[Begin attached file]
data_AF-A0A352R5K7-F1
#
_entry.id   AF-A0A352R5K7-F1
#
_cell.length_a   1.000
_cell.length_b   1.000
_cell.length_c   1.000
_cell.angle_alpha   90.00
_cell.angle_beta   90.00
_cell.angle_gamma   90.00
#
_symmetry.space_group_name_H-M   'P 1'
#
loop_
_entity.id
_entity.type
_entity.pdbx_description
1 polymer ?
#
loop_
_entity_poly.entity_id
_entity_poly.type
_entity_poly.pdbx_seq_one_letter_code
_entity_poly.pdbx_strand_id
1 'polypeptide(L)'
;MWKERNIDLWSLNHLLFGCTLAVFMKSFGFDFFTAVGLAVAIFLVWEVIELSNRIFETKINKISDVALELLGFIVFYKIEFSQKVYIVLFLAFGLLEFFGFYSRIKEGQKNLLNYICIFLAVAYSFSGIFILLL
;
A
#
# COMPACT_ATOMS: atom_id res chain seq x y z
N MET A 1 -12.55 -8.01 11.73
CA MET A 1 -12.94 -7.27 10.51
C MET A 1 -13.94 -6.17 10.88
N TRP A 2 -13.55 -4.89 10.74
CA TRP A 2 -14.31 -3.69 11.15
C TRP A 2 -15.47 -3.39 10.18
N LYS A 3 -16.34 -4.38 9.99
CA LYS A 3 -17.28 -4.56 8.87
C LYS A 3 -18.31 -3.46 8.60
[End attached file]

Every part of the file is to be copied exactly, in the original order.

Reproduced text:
data_AF-A0A352R5K7-F1
#
_entry.id   AF-A0A352R5K7-F1
#
_cell.length_a   1.000
_cell.length_b   1.000
_cell.length_c   1.000
_cell.angle_alpha   90.00
_cell.angle_beta   90.00
_cell.angle_gamma   90.00
#
_symmetry.space_group_name_H-M   'P 1'
#
loop_
_entity.id
_entity.type
_entity.pdbx_description
1 polymer ?
#
loop_
_entity_poly.entity_id
_entity_poly.type
_entity_poly.pdbx_seq_one_letter_code
_entity_poly.pdbx_strand_id
1 'polypeptide(L)'
;MWKERNIDLWSLNHLLFGCTLAVFMKSFGFDFFTAVGLAVAIFLVWEVIELSNRIFETKINKISDVALELLGFIVFYKIEFSQKVYIVLFLAFGLLEFFGFYSRIKEGQKNLLNYICIFLAVAYSFSGIFILLL
;
A
#
# COMPACT_ATOMS: atom_id res chain seq x y z
N MET A 1 -12.55 -8.01 11.73
CA MET A 1 -12.94 -7.27 10.51
C MET A 1 -13.94 -6.17 10.88
N TRP A 2 -13.55 -4.89 10.74
CA TRP A 2 -14.31 -3.69 11.15
C TRP A 2 -15.47 -3.39 10.18
N LYS A 3 -16.34 -4.38 9.99
CA LYS A 3 -17.28 -4.56 8.87
C LYS A 3 -18.31 -3.46 8.60